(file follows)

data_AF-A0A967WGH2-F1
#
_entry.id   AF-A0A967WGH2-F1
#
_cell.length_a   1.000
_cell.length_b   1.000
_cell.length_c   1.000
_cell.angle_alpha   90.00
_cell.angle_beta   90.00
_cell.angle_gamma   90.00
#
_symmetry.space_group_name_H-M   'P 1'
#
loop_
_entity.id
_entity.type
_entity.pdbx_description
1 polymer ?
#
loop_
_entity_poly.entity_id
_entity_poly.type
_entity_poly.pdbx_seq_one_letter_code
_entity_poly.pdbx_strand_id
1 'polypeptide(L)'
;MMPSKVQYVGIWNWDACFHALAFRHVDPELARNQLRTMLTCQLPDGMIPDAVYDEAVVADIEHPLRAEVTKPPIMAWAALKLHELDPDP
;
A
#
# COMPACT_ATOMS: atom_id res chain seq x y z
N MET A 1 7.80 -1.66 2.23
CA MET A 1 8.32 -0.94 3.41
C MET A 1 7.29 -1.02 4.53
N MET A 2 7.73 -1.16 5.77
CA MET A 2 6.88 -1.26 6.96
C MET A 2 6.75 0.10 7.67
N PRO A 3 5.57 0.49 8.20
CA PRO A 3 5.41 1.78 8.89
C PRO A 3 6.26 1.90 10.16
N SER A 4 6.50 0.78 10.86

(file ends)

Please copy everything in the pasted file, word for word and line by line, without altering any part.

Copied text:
data_AF-A0A967WGH2-F1
#
_entry.id   AF-A0A967WGH2-F1
#
_cell.length_a   1.000
_cell.length_b   1.000
_cell.length_c   1.000
_cell.angle_alpha   90.00
_cell.angle_beta   90.00
_cell.angle_gamma   90.00
#
_symmetry.space_group_name_H-M   'P 1'
#
loop_
_entity.id
_entity.type
_entity.pdbx_description
1 polymer ?
#
loop_
_entity_poly.entity_id
_entity_poly.type
_entity_poly.pdbx_seq_one_letter_code
_entity_poly.pdbx_strand_id
1 'polypeptide(L)'
;MMPSKVQYVGIWNWDACFHALAFRHVDPELARNQLRTMLTCQLPDGMIPDAVYDEAVVADIEHPLRAEVTKPPIMAWAALKLHELDPDP
;
A
#
# COMPACT_ATOMS: atom_id res chain seq x y z
N MET A 1 7.80 -1.66 2.23
CA MET A 1 8.32 -0.94 3.41
C MET A 1 7.29 -1.02 4.53
N MET A 2 7.73 -1.16 5.77
CA MET A 2 6.88 -1.26 6.96
C MET A 2 6.75 0.10 7.67
N PRO A 3 5.57 0.49 8.20
CA PRO A 3 5.41 1.78 8.89
C PRO A 3 6.26 1.90 10.16
N SER A 4 6.50 0.78 10.86